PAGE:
To proceed on a disparate treatment theory, a plaintiff must allege enough facts to state a plausible claim that “animus against the protected group was a significant factor in the position taken by the municipal decision-makers.” Mhany Mgmt., Inc. v. County of Nassau, 819 F.3d 581, 606 (2d Cir. 2016) (internal quotation marks omitted). The complaint here failed to satisfy this standard. The mere fact that the Defendants were aware of Perricone-Bernovich's disabilities when they denied her request for a zoning variance—which itself was unrelated to the disabilities—is insufficient to state a disparate treatment claim. Further, there is nothing in the complaint suggesting that the alleged impediments that Perricone-Bernovich faced in seeking variances were different from those faced by similarly-situated applicants without disabilities. The Defendants’ only reference to the disabilities—the Village Attorney's observation that Perricone-Bernovich's husband had previously characterized her as an “invalid”—came in the context of a question about the need for a three-car garage, relevant to the issue of whether a house could feasibly be built with a variance on a lesser scale.2 The term “invalid,” in this context, does not in itself indicate animus against people with disabilities.

To proceed on a failure-to-accommodate theory, a plaintiff must allege, inter alia, that the denied “accommodation was likely necessary to afford the handicapped person an equal opportunity to use and enjoy the dwelling.” Olsen v. Stark Homes, Inc., 759 F.3d 140, 156 (2d Cir. 2014). But Perricone-Bernovich did not argue that her requests were related to her disabilities. Instead, she wanted permission to build closer to the road than the Village usually allowed to accommodate features like a three-car garage used to store an antique car, and she preferred the selected lot because it was conveniently located and relatively inexpensive.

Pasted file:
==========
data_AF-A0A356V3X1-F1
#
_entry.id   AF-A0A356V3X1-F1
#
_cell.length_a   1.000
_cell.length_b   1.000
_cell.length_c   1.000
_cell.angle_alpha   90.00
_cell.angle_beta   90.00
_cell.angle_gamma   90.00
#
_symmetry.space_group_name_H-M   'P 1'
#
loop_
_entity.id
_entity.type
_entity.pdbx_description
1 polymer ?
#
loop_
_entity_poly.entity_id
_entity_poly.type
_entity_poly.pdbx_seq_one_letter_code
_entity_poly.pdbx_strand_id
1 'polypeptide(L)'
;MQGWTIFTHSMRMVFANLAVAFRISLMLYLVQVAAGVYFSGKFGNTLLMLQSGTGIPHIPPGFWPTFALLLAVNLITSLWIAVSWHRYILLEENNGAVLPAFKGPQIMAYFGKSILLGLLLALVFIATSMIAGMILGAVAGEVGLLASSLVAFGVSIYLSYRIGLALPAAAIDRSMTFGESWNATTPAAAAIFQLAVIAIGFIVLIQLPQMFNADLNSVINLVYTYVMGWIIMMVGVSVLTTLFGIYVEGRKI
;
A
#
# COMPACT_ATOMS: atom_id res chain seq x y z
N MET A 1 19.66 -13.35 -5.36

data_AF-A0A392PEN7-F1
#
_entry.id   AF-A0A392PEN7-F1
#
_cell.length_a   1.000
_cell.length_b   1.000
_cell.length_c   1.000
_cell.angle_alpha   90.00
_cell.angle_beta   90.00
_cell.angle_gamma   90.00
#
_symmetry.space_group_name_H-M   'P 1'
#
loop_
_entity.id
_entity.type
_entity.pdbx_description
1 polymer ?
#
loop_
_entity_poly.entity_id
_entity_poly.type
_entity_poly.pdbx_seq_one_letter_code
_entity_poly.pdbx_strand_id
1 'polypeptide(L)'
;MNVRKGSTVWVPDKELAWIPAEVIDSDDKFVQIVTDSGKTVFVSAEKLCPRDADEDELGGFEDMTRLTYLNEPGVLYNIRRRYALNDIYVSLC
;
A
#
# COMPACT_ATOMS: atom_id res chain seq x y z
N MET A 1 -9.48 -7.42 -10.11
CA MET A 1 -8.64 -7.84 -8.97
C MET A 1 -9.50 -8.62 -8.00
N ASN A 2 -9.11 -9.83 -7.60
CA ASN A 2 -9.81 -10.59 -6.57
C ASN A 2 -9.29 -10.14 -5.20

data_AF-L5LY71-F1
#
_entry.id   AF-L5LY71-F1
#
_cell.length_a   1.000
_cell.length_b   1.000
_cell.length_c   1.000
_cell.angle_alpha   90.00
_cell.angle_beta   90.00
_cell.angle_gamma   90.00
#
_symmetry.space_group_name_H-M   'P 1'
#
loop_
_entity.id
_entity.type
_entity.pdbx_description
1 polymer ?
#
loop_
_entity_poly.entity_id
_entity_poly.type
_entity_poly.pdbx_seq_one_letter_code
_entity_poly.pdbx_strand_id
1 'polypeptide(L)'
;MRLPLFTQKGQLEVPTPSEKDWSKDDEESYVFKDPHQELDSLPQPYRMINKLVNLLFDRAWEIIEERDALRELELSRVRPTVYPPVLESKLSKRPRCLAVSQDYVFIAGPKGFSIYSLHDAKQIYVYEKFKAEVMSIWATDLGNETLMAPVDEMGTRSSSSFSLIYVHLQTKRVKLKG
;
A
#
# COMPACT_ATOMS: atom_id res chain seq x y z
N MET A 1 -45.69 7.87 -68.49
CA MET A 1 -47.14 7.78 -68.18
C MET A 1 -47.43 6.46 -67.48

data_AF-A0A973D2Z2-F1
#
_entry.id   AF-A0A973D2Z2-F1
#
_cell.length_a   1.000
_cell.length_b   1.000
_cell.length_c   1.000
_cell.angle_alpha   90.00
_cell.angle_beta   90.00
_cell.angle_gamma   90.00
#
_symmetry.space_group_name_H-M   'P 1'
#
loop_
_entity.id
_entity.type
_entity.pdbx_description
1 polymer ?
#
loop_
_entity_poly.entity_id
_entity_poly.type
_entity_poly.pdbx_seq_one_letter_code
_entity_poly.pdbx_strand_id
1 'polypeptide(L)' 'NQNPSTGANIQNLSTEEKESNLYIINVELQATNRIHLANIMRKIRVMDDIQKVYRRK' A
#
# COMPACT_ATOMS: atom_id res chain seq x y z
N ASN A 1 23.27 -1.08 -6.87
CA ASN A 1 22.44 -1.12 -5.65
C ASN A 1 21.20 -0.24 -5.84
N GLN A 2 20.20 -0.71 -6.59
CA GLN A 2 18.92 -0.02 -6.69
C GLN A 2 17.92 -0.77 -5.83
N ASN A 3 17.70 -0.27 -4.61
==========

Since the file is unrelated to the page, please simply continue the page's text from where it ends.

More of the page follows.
The complaint likewise failed to state a claim on a disparate impact theory because it did not include any allegations about the effect of the Defendants’ policies on people with disabilities as a group, or compare that effect to the effect on the broader population. See Tsombanidis, 352 F.3d at 574–75 (a prima facie case under a disparate impact theory requires a showing of “a significantly adverse or disproportionate impact on persons of a particular type” produced by a facially neutral practice (emphasis and internal quotation marks omitted)).